Dane and I went to high school together. We both ran off to New York right after graduating, and lost touch until about a year ago. He is also a brilliant and accomplished illustrator, but Brazil has been inspiring his paintings, about which I can't say anything better than Dane does himself here:

Dane LaChiusa
Artist statement

Saudades do Brasil, “Longing for Brazil”

It has been said that the less a tourist knows, the fewer mistakes he’s likely to make, and the less likely he is to have to explain his ignorance. I was born in the midwestern United States so I’m only Brazilian by extension.

My grandmother was a Paulista (Born in Sao Paulo). In the late 1900’s her family sold their coffee plantation in exchange for passage to the United States. Pitti, my partner of 9 years, was born and reared in Rio de Janeiro— it is his family that we visit. Which is how I came by my love affair with Brazil. Having never lived there, and only having formed a surface impression of the culture based on my limited travel experience I embarked on the task of translating my affection for the Brazilian people and their country on paper and canvas.

…A hillside peppered with cows, a man with a wheelbarrow of yucca who went door to door in Pitti’s hometown, a little girl who lives in a house made of cardboard, and a businessman wearing nothing but a bathing suit while crossing a busy Rio de Janeiro street.

These excerpts of Brazilian life are painted with a naive hand; expressing a directness of expression and lack of refinement in the stylistic tradition of a self-taught outsider artist. Although, technically, my work would fall into the category of Marginal Art; existing in that gray area of definition which lies between Outsider Art and normal mainstream art. However inaccurate, with regard to designating my work as such, the term outsider artist interests me because I am very much an outsider. Rooted in a kind of otherness, both stylistically and geographically, I am depicting a culture that I am ten thousand miles away from. Considering that I am a New Yorker, which is the polar opposite of the Brazilian landscape, it might even be argued that it is my very distance from my subject that makes my work interesting in the first place.

Yet, I feel terribly conflicted about the subjects I paint. Brazil is a country that is both beautiful and brutal. On the surface it may seem picturesque to see farmers, sometimes entire families, working in the canes. But if you scratch beneath the surface there lies a world of poverty and hunger.

The Indian boy I portrayed selling baskets by the side of the road is cast in a positive light against a radiant sky. Of course he is happy. He is happy to be alive. He can feed his family for several days on the ten reais I gave him for the turtle he carved out of a piece of driftwood.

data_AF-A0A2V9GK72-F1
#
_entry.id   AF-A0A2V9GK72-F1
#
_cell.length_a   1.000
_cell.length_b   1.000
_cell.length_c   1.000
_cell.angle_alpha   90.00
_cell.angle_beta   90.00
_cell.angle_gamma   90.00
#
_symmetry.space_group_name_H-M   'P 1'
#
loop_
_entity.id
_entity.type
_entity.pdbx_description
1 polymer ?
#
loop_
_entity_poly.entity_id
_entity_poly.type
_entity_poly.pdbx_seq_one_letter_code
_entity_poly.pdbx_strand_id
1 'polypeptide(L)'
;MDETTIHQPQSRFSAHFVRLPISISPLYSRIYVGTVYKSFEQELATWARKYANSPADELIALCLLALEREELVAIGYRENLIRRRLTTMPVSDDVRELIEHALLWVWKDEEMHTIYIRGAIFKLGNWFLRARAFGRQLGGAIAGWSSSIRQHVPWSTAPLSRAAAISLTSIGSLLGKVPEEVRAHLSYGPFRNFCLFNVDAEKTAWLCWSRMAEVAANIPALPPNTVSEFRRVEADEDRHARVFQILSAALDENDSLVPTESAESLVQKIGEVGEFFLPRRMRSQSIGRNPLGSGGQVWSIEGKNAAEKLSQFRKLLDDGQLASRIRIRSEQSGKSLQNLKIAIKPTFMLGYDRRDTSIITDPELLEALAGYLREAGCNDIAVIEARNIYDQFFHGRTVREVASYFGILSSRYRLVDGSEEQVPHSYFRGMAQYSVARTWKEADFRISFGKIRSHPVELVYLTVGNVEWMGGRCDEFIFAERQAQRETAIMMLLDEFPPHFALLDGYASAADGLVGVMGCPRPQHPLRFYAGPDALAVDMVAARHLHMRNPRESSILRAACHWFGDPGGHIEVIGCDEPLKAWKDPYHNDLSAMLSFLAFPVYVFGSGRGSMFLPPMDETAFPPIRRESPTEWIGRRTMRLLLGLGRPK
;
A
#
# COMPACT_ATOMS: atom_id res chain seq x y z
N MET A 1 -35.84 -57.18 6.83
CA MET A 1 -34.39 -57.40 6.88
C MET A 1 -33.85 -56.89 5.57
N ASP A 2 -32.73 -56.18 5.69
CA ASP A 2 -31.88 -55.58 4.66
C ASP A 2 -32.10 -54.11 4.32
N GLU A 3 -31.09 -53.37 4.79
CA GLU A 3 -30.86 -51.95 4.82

I feel sadness for the little girl from Rocinha. Water is scarce in the favelas. And fewer and fewer cats. Churrasquinho de gato (Skewered Cat Barbeque) is no joke. The only thing they have in abundance in the favelas are guns. Health, Peace and Love is the slogan of the children’s slum association. Drug traffickers have other ideas.

But what do I know of this? It is just dumb luck that I was born in North America, in the very country, it can be argued, whose closely linked intervention and establishment of Brazil’s military dictatorship on December 13, 1968, and voracious appetite and consumption of natural resources, is a contributing factor to many of Brazil’s problems today. Ironically, I was reared in a suburb of Detroit, which was once one of the most affluent parts of the country. Such was the segregation that you could visibly see a dividing line between the city of Detroit and the landscaped suburban community of Grosse Pointe. I percieved this as a socially and politically motivated division between rich and poor, black and white. The analogy was not lost on me when transcribing my experiences in Brazil.

According to a World Bank study, Brazil has the most unequal distribution of wealth of any country. The fifth largest nation in the world, Brazil has a population of 180 million people. Approximately 24 million Brazilians live in extreme poverty and earn less than $1 a day while the minimum salary of $65 per month hasn't changed in 25 years.

So what are we to feel when we look at my paintings? Do my paintings evoke a sense of nostalgic longing for a pastoral lifestyle; or a sense of guilt and indignation towards the hardship suffered by what many consider a third world country? No matter how one might interpret my work, my intentions are first and foremost to communicate the charm and beauty of the Brazilian people. My paintings speak from my personal vision, experience, and memory and not any compulsion towards what is stylistically in vogue; or even this obsession that we have to sugar coat everything with a thin veil of political correctness.

Of course, I recognize that as an artist, your work exists in the context of the real world and does not retain autonomy. Or to borrow a Brazilian expression, “What do mothers ever know about their children?” Perhaps you know better than I what my intentions are. Art has a life of its own. And others can find in them meanings unsuspected by the artist himself. It is only when someone understands a work of art in a certain way that it becomes controversial. Having never exhibited my work in Brazil it remains to be seen whether it would be viewed as a social commentary or seen merely as a collection of snapshots culled from a tourist’s memories. You may come from somewhere else and bring your own relationship to the work. Everyone is right. --Dane LaChiusa

You can see some of Dane's paintings until March 10th, 2007, in Greenpointe, Brooklyn: